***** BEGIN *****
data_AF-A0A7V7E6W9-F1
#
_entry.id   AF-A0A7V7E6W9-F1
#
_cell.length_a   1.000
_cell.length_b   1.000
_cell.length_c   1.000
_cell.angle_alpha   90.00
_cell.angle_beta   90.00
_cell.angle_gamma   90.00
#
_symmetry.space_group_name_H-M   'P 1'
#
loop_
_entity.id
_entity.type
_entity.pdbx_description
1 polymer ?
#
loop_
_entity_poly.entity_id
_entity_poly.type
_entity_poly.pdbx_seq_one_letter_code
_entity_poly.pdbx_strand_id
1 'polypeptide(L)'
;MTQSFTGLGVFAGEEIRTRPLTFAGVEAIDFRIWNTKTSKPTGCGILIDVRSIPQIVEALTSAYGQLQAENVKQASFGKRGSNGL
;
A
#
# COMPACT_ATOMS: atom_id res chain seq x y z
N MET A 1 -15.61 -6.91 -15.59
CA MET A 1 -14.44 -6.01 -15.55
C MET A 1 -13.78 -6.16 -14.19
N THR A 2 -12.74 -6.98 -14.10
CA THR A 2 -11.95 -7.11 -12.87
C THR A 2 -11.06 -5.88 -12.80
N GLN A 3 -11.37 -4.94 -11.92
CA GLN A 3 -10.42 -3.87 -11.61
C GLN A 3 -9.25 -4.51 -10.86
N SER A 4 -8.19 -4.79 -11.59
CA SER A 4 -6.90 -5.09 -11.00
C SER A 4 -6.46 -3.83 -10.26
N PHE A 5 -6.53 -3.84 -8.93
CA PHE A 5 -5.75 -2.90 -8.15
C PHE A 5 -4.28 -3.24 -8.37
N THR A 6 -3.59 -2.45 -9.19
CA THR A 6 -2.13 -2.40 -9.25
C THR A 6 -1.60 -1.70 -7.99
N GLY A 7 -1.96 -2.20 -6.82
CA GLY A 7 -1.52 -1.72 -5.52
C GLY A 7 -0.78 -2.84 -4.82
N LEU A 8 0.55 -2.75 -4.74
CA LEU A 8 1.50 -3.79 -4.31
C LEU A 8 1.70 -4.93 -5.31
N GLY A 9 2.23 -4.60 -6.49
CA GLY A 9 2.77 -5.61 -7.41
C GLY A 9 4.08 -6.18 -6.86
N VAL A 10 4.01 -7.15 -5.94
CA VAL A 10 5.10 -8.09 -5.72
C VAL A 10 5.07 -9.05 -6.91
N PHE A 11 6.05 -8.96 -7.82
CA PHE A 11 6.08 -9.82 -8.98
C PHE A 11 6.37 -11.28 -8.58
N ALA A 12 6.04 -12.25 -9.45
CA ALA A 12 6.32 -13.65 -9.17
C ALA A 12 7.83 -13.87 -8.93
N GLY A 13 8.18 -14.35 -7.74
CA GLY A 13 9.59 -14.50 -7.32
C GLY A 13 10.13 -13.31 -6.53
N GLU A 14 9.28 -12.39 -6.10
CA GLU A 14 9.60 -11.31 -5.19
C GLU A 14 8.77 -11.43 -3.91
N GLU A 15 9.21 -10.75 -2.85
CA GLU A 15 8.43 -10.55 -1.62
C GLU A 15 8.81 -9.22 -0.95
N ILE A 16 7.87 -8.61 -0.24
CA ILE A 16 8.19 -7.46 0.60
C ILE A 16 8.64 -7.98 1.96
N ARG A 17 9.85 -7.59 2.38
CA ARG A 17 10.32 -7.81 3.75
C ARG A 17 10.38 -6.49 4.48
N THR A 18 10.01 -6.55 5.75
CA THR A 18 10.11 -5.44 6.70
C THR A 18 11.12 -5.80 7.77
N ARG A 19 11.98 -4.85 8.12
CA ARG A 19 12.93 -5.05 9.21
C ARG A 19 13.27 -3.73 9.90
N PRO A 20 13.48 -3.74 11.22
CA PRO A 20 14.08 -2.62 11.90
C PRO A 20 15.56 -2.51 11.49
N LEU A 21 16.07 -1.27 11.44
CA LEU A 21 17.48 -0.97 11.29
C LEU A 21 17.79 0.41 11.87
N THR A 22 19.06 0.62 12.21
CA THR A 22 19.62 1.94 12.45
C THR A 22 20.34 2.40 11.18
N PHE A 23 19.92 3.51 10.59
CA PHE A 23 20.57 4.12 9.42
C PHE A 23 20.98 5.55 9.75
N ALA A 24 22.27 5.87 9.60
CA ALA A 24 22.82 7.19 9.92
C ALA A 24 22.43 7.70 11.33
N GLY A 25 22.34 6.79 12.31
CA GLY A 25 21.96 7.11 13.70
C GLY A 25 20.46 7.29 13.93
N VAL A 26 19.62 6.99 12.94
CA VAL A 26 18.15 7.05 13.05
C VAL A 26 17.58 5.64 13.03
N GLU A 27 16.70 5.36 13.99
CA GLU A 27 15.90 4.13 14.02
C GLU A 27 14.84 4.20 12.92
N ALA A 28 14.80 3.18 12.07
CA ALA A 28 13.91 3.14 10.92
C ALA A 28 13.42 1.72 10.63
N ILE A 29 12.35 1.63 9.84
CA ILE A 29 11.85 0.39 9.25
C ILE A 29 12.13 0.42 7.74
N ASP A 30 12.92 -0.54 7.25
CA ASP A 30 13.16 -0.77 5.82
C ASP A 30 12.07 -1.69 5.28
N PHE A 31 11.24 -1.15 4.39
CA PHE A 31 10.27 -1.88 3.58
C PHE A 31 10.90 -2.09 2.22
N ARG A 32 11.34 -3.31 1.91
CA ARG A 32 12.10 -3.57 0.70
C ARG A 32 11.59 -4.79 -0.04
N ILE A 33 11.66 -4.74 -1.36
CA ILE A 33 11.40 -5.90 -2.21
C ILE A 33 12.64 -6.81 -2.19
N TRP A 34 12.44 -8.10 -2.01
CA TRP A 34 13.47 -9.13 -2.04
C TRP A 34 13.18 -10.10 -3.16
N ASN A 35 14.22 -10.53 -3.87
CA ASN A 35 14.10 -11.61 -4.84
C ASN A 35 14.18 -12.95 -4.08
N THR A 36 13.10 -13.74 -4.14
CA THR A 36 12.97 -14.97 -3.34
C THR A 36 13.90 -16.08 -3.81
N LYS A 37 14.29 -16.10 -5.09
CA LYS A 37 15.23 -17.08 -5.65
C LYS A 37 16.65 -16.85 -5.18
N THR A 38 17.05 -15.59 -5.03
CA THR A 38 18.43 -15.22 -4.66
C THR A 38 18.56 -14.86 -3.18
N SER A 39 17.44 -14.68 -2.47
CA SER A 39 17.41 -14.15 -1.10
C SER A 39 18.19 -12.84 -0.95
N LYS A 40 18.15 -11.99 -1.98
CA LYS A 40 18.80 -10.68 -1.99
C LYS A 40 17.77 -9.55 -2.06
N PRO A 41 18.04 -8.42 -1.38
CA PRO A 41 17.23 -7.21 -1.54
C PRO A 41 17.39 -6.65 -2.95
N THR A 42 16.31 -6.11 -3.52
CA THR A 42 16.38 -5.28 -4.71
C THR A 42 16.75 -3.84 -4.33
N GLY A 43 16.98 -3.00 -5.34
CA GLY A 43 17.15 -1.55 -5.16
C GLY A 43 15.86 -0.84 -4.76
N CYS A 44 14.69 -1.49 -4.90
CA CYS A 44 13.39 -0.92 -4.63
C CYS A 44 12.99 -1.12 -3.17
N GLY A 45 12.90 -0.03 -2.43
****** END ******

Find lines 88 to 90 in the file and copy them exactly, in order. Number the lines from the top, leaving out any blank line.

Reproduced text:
N PRO A 20 13.48 -3.74 11.22
CA PRO A 20 14.08 -2.62 11.90
C PRO A 20 15.56 -2.51 11.49